As you note - you can't use
TwinView and get X-compositing on your screens. What you really want to do involves multiple
Device entries in
xorg.conf for the same device and/or
mosaic mode. I went through this just the other day after rearranging the living room to accomodate a projector and it is not intuitive. I wound up doing it bit by bit with several false starts, but for one video card and two displays my
xorg.conf came out like this.
The one screen used to define metamodes is a sort of indirection. The
nvidia driver and/or
RandR extension adds together the display area of one or more physical screens and addresses that display area as a single virtual screen. Here is a link to the relevant section of
nvidia's readme. And here's what mine actually look like:
As you can see the two screens are one - but the resolutions per constituent screen are not evenly matched - so while that white bar at the bottom left shows up in a screen shot, it's not on my display. My display fills both of my screens. And here's a closer look at the
If you look at my own xorg.txt file you'll likely notice it is auto-generated. I got it to work by first powering off all of the displays but one and then, at a regular console, I ran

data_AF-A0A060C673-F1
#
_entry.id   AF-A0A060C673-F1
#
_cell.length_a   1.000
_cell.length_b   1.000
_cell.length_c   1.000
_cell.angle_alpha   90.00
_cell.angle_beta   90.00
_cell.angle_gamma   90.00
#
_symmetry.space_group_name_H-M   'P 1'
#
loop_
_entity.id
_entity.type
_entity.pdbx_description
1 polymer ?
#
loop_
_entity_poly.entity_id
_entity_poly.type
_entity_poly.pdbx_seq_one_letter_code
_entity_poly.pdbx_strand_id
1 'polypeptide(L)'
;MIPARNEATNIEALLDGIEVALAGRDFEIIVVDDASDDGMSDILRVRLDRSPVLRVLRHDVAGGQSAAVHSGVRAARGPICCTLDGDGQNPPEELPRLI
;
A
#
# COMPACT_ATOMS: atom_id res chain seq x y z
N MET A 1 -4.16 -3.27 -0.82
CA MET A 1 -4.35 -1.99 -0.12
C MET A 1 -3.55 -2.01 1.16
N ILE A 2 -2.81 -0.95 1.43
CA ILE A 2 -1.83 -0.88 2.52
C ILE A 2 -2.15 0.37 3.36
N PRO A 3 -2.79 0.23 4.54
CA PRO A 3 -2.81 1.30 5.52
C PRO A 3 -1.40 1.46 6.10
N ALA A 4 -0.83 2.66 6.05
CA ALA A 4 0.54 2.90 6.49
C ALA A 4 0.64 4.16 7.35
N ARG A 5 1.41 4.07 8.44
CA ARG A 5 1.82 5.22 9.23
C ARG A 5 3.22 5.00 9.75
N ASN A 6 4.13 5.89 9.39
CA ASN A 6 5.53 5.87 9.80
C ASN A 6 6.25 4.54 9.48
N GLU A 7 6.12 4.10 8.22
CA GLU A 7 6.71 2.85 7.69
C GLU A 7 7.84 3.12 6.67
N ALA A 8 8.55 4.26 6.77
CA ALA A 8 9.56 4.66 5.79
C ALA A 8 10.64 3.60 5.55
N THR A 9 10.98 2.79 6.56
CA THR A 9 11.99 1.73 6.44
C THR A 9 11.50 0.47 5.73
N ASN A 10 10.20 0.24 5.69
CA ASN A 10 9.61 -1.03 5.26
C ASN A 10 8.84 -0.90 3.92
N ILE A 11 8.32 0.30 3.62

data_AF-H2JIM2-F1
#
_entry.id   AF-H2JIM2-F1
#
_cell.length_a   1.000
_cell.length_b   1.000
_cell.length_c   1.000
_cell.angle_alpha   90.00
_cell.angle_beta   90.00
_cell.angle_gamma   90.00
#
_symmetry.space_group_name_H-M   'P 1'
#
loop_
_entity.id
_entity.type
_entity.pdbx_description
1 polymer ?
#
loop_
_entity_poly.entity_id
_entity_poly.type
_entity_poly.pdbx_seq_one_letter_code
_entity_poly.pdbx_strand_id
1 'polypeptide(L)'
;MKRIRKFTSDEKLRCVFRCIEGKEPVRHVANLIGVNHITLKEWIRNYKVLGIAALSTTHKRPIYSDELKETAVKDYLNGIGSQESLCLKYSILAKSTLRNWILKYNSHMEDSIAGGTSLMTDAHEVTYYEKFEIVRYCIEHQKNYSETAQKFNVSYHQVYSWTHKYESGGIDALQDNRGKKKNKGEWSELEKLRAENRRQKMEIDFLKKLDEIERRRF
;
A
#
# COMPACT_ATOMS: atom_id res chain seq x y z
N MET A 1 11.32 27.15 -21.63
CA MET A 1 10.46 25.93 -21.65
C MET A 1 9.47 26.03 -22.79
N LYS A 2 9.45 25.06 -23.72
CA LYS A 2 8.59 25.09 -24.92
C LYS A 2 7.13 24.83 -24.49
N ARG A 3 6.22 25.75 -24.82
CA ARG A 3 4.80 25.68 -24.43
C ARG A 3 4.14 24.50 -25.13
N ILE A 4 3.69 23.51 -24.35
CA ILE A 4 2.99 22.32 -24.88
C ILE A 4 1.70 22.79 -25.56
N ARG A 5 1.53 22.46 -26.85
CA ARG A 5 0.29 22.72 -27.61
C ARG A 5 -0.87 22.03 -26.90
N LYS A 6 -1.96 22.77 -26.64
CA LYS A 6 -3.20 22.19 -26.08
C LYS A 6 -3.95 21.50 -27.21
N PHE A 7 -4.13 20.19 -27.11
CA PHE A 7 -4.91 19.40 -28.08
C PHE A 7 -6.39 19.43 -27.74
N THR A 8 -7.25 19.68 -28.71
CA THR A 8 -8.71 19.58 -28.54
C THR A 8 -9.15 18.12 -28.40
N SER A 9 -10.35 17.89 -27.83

sudo nvidia-xconfig for a baseline
xorg.conf and, after starting
X, I opened
nvidia-settings and powered on my screens. It was not a scientifically perfect process, admittedly, but the result is satisfactory.
Another problem I had that you may or may not have was the sound EDID extensions passed over the HDMI cables from my displays. I use the analog out from my computer and there was another very annnoying few hours spent trying to convince ALSA/Pulse to ignore those extra
intel-hda-audio devices. So I rewrote the EDIDs to appear as DVI outputs - essentially disabling the computer's detection of the displays' audio sinks. If you do run into similar issues, I humbly recommend this little gem to automatically do the same.
Last, the Arch Linux wiki Nvidia page was very useful for me - there are lots of examples and detailed explanations there.